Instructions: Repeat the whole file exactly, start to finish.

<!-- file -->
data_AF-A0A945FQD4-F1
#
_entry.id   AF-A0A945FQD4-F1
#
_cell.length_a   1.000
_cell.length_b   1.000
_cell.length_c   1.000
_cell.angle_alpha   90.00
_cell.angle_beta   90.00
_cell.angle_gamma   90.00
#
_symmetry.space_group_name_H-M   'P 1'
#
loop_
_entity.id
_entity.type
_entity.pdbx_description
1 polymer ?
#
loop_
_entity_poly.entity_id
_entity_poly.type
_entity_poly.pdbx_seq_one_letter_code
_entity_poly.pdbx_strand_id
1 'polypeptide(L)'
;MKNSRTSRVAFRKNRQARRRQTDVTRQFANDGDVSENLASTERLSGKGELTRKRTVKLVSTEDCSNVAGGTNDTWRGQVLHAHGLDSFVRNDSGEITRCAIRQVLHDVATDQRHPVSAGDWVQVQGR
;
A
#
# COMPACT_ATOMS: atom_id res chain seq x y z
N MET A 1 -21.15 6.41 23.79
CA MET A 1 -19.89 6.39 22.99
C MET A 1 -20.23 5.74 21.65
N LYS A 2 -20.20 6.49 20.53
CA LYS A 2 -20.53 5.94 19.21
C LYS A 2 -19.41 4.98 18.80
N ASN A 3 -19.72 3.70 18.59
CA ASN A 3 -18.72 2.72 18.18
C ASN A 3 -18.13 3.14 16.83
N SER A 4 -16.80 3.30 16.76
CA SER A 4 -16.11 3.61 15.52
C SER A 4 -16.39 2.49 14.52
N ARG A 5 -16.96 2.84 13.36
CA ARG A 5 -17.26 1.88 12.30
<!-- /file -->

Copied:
data_AF-A0A945FQD4-F1
#
_entry.id   AF-A0A945FQD4-F1
#
_cell.length_a   1.000
_cell.length_b   1.000
_cell.length_c   1.000
_cell.angle_alpha   90.00
_cell.angle_beta   90.00
_cell.angle_gamma   90.00
#
_symmetry.space_group_name_H-M   'P 1'
#
loop_
_entity.id
_entity.type
_entity.pdbx_description
1 polymer ?
#
loop_
_entity_poly.entity_id
_entity_poly.type
_entity_poly.pdbx_seq_one_letter_code
_entity_poly.pdbx_strand_id
1 'polypeptide(L)'
;MKNSRTSRVAFRKNRQARRRQTDVTRQFANDGDVSENLASTERLSGKGELTRKRTVKLVSTEDCSNVAGGTNDTWRGQVLHAHGLDSFVRNDSGEITRCAIRQVLHDVATDQRHPVSAGDWVQVQGR
;
A
#
# COMPACT_ATOMS: atom_id res chain seq x y z
N MET A 1 -21.15 6.41 23.79
CA MET A 1 -19.89 6.39 22.99
C MET A 1 -20.23 5.74 21.65
N LYS A 2 -20.20 6.49 20.53
CA LYS A 2 -20.53 5.94 19.21
C LYS A 2 -19.41 4.98 18.80
N ASN A 3 -19.72 3.70 18.59
CA ASN A 3 -18.72 2.72 18.18
C ASN A 3 -18.13 3.14 16.83
N SER A 4 -16.80 3.30 16.76
CA SER A 4 -16.11 3.61 15.52
C SER A 4 -16.39 2.49 14.52
N ARG A 5 -16.96 2.84 13.36
CA ARG A 5 -17.26 1.88 12.30